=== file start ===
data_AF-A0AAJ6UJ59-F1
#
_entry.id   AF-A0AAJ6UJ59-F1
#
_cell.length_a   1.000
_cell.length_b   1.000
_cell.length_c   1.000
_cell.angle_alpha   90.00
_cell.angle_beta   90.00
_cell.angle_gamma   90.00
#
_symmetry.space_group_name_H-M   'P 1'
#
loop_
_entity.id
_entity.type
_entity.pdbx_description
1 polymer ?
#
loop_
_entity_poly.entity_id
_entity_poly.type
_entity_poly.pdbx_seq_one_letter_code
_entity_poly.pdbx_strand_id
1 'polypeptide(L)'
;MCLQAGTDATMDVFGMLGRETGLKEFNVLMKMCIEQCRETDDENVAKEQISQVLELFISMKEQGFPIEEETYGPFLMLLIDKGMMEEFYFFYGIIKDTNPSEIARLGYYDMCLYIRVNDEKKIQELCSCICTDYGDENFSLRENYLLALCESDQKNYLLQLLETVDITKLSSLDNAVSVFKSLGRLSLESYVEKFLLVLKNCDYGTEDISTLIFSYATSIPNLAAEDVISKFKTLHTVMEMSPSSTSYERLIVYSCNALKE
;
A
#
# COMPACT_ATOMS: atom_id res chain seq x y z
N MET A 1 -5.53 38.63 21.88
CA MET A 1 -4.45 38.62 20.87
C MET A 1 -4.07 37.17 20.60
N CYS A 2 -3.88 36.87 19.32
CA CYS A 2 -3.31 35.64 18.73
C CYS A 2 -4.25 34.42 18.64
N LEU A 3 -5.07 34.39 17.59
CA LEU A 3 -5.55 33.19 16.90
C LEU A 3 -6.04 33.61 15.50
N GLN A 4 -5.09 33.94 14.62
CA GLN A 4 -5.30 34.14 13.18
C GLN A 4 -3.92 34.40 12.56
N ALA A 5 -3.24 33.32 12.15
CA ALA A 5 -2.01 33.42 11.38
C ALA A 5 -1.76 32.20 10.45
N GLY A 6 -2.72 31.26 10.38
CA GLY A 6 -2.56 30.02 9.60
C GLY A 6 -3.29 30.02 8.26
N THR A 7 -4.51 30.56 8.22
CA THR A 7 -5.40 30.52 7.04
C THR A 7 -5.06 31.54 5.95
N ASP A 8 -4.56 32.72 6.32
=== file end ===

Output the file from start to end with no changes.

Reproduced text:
data_AF-A0AAJ6UJ59-F1
#
_entry.id   AF-A0AAJ6UJ59-F1
#
_cell.length_a   1.000
_cell.length_b   1.000
_cell.length_c   1.000
_cell.angle_alpha   90.00
_cell.angle_beta   90.00
_cell.angle_gamma   90.00
#
_symmetry.space_group_name_H-M   'P 1'
#
loop_
_entity.id
_entity.type
_entity.pdbx_description
1 polymer ?
#
loop_
_entity_poly.entity_id
_entity_poly.type
_entity_poly.pdbx_seq_one_letter_code
_entity_poly.pdbx_strand_id
1 'polypeptide(L)'
;MCLQAGTDATMDVFGMLGRETGLKEFNVLMKMCIEQCRETDDENVAKEQISQVLELFISMKEQGFPIEEETYGPFLMLLIDKGMMEEFYFFYGIIKDTNPSEIARLGYYDMCLYIRVNDEKKIQELCSCICTDYGDENFSLRENYLLALCESDQKNYLLQLLETVDITKLSSLDNAVSVFKSLGRLSLESYVEKFLLVLKNCDYGTEDISTLIFSYATSIPNLAAEDVISKFKTLHTVMEMSPSSTSYERLIVYSCNALKE
;
A
#
# COMPACT_ATOMS: atom_id res chain seq x y z
N MET A 1 -5.53 38.63 21.88
CA MET A 1 -4.45 38.62 20.87
C MET A 1 -4.07 37.17 20.60
N CYS A 2 -3.88 36.87 19.32
CA CYS A 2 -3.31 35.64 18.73
C CYS A 2 -4.25 34.42 18.64
N LEU A 3 -5.07 34.39 17.59
CA LEU A 3 -5.55 33.19 16.90
C LEU A 3 -6.04 33.61 15.50
N GLN A 4 -5.09 33.94 14.62
CA GLN A 4 -5.30 34.14 13.18
C GLN A 4 -3.92 34.40 12.56
N ALA A 5 -3.24 33.32 12.15
CA ALA A 5 -2.01 33.42 11.38
C ALA A 5 -1.76 32.20 10.45
N GLY A 6 -2.72 31.26 10.38
CA GLY A 6 -2.56 30.02 9.60
C GLY A 6 -3.29 30.02 8.26
N THR A 7 -4.51 30.56 8.22
CA THR A 7 -5.40 30.52 7.04
C THR A 7 -5.06 31.54 5.95
N ASP A 8 -4.56 32.72 6.32